The King departs only to return

By Martyn Taylor

The shrine of St Edmund at the abbey visited by kings and queens over time would see an extended stay in 1433, by Henry VI. He was given a wonderful work of art carried out by the highly talented poet monk of the Abbey, John Lydgate. His tour de force, The Life of St Edmund King and Martyr a beautiful, illuminated manuscript. Being very religious Henry greatly appreciated this gift after all he was venerated at one time as a saint some years following his mysterious death in the Tower of London. 

Undoubtedly Bury St Edmunds became a focal point in Henry’s troubled reign because in 1447 now emboldened as ruler in his own right he called parliament to Bury. Staying once again at the abbey he had his uncle and former regent, Humphrey, Duke of Gloucester staying in lodgings  at St Savior’s Hospital.

The ‘good duke’ charged with treason sadly could not defend himself as he is found dead in his room on February 23rd. The official cause of death, apoplexy, a stroke but many believed he is poisoned.  Ultimately his death would lead to a period of national unrest known to history as the War of the Roses, a power struggle between the houses of York and Lancaster culminating in Henry being deposed and then briefly re-instated.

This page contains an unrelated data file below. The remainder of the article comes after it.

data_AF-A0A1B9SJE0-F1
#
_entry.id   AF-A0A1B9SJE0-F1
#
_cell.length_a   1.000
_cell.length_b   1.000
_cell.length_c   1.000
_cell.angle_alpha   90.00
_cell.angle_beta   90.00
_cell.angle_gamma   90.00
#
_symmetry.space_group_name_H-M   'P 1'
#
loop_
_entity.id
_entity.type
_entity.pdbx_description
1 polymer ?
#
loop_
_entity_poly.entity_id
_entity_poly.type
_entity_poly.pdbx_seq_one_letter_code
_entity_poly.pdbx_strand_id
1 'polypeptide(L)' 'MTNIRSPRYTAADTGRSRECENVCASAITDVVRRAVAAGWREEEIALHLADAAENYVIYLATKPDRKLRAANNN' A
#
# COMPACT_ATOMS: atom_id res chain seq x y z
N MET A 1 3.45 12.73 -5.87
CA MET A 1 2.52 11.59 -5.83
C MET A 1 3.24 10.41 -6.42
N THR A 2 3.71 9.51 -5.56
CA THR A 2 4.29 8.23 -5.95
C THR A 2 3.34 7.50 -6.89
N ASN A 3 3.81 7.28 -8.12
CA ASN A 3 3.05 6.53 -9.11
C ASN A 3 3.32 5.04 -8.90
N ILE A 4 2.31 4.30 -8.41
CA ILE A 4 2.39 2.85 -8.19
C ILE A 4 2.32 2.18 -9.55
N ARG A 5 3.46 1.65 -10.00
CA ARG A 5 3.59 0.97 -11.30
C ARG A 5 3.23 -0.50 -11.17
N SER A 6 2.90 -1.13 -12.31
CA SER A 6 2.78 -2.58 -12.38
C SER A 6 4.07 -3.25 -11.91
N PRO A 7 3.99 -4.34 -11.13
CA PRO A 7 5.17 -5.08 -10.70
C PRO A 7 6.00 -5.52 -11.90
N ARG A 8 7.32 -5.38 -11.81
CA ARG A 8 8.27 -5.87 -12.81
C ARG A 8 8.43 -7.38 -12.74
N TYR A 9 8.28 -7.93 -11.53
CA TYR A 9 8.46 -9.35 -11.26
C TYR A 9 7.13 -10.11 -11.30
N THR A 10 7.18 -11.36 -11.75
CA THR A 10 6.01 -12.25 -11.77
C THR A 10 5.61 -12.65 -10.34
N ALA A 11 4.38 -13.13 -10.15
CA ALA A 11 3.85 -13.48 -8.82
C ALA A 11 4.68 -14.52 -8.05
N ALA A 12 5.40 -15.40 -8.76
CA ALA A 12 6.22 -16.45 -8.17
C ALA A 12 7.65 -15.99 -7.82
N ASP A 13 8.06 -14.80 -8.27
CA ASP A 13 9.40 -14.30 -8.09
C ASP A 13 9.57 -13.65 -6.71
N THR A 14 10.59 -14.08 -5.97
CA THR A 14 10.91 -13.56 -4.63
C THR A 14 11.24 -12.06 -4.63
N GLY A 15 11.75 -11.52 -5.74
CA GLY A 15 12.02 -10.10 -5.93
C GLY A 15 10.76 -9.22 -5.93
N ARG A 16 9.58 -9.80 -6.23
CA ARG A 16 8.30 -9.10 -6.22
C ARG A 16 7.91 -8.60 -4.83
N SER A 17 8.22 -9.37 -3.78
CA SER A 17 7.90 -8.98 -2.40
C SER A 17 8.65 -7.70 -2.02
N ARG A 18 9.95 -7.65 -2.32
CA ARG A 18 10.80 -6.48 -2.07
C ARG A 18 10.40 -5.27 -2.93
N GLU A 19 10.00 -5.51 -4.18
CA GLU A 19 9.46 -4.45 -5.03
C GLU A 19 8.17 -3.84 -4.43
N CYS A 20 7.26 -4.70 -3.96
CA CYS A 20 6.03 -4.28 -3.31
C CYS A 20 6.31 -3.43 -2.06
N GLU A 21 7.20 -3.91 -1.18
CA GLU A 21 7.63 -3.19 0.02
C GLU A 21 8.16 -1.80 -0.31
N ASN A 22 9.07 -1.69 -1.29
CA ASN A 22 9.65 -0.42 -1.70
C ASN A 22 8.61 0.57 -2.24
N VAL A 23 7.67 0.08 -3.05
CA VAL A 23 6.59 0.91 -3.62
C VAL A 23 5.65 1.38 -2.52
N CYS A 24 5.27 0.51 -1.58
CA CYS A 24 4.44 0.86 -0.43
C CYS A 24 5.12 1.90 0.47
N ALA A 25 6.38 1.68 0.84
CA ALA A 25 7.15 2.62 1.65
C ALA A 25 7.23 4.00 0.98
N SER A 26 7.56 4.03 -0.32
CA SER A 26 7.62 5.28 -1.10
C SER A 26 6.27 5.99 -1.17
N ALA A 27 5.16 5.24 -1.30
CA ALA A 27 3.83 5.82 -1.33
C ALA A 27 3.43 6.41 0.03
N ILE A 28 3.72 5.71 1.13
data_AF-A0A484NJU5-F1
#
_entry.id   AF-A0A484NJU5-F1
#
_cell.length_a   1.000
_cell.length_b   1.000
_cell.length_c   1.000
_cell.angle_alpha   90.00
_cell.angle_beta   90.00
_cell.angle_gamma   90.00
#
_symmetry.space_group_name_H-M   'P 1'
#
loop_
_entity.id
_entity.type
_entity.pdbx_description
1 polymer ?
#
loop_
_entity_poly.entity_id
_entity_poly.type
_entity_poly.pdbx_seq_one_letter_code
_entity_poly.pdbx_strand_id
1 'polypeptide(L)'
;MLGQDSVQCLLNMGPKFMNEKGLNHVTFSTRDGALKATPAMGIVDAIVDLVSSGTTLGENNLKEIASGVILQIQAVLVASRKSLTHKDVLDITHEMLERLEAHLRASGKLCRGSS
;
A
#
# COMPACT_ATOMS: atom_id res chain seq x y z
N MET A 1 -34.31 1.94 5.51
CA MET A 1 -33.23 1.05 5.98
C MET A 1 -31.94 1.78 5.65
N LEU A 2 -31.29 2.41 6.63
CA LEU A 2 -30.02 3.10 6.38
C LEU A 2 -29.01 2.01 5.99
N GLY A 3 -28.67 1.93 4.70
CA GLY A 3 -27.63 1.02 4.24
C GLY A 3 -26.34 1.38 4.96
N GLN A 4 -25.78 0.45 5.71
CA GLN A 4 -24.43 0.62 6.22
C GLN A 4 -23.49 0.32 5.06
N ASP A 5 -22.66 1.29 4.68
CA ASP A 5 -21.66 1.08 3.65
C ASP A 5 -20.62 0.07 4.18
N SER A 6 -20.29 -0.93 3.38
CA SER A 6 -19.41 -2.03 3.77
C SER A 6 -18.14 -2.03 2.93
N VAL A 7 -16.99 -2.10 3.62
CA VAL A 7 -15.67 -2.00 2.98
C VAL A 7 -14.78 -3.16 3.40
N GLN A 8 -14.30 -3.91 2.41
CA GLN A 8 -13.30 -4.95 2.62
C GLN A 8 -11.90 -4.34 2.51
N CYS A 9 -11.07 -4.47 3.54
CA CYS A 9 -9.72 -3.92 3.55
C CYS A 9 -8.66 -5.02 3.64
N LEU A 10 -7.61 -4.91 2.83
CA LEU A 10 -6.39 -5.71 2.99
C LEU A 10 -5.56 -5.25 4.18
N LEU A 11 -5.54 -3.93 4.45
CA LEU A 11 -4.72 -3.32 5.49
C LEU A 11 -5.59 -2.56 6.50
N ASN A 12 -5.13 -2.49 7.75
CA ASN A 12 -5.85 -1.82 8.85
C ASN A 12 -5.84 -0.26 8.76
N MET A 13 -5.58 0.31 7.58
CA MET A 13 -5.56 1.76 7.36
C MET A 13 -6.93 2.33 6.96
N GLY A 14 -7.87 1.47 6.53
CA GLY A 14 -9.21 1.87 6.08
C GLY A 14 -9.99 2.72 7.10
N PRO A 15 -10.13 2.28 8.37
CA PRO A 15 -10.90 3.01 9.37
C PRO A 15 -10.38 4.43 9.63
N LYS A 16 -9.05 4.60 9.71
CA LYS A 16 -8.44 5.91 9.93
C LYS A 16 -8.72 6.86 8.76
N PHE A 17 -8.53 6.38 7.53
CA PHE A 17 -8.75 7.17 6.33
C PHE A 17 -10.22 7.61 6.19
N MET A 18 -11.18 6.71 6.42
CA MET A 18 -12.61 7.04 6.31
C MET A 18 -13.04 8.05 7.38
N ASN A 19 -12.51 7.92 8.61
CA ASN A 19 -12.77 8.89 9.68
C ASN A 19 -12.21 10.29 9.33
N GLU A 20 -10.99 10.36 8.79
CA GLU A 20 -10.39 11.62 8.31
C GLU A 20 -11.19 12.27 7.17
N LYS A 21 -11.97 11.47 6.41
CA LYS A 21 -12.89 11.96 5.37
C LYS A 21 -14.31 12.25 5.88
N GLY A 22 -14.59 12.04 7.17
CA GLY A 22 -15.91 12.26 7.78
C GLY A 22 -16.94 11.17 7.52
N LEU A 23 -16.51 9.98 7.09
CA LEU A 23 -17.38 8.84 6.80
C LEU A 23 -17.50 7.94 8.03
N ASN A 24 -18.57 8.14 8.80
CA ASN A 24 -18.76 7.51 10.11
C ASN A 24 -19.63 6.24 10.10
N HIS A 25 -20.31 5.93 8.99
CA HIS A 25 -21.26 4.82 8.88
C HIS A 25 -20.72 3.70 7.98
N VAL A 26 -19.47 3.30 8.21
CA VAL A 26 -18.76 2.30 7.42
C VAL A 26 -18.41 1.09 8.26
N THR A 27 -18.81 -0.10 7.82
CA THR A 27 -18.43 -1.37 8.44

Towards the end of his life he became feeble-minded and his wife, Margaret of Anjou the power behind the throne tried maneuvering their son, the Lancastrian Edward, Prince of Wales to seize the throne. Unfortunately, Edward  died at the battle of Tewkesbury, May 4th, 1471,  followed mysteriously by his father seventeen days later.

An interesting apocryphal postscript to these intrigues are the figures of Henry and Margaret commemorated at the western end of St Mary’s Angel roof when the carvings were carried out ( in the 1440’s?). Clearly Bury St Edmunds featured prominently in their lives.

For details of the events to celebrate the Abbey’s 1000th anniversary visit which will be updated throughout the year!

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